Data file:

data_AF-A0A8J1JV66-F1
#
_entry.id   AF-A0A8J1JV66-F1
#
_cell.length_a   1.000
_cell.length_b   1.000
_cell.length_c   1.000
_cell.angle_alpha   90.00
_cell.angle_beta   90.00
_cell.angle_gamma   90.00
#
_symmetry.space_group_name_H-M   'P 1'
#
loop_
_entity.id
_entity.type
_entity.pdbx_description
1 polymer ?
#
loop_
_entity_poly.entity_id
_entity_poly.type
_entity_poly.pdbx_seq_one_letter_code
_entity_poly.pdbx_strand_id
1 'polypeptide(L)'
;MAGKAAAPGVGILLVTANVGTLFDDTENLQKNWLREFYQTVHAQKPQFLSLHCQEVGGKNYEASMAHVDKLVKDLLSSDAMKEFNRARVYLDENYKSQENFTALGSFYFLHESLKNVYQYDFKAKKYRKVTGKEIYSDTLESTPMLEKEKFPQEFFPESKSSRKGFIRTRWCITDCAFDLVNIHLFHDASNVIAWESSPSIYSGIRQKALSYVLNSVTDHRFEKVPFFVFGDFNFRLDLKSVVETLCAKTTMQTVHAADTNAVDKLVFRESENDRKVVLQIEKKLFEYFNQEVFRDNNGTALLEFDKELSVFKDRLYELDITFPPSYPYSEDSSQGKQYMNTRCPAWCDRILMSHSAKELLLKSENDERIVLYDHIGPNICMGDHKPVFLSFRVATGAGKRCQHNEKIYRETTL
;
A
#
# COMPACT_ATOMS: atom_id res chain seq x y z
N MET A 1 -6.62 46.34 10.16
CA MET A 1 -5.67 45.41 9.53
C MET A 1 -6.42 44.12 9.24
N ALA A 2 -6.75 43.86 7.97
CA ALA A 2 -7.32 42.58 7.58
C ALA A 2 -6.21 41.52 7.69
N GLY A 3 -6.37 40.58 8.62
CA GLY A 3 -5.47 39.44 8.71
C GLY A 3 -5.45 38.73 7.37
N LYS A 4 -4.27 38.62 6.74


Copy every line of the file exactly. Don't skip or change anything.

data_AF-A0A8J1JV66-F1
#
_entry.id   AF-A0A8J1JV66-F1
#
_cell.length_a   1.000
_cell.length_b   1.000
_cell.length_c   1.000
_cell.angle_alpha   90.00
_cell.angle_beta   90.00
_cell.angle_gamma   90.00
#
_symmetry.space_group_name_H-M   'P 1'
#
loop_
_entity.id
_entity.type
_entity.pdbx_description
1 polymer ?
#
loop_
_entity_poly.entity_id
_entity_poly.type
_entity_poly.pdbx_seq_one_letter_code
_entity_poly.pdbx_strand_id
1 'polypeptide(L)'
;MAGKAAAPGVGILLVTANVGTLFDDTENLQKNWLREFYQTVHAQKPQFLSLHCQEVGGKNYEASMAHVDKLVKDLLSSDAMKEFNRARVYLDENYKSQENFTALGSFYFLHESLKNVYQYDFKAKKYRKVTGKEIYSDTLESTPMLEKEKFPQEFFPESKSSRKGFIRTRWCITDCAFDLVNIHLFHDASNVIAWESSPSIYSGIRQKALSYVLNSVTDHRFEKVPFFVFGDFNFRLDLKSVVETLCAKTTMQTVHAADTNAVDKLVFRESENDRKVVLQIEKKLFEYFNQEVFRDNNGTALLEFDKELSVFKDRLYELDITFPPSYPYSEDSSQGKQYMNTRCPAWCDRILMSHSAKELLLKSENDERIVLYDHIGPNICMGDHKPVFLSFRVATGAGKRCQHNEKIYRETTL
;
A
#
# COMPACT_ATOMS: atom_id res chain seq x y z
N MET A 1 -6.62 46.34 10.16
CA MET A 1 -5.67 45.41 9.53
C MET A 1 -6.42 44.12 9.24
N ALA A 2 -6.75 43.86 7.97
CA ALA A 2 -7.32 42.58 7.58
C ALA A 2 -6.21 41.52 7.69
N GLY A 3 -6.37 40.58 8.62
CA GLY A 3 -5.47 39.44 8.71
C GLY A 3 -5.45 38.73 7.37
N LYS A 4 -4.27 38.62 6.74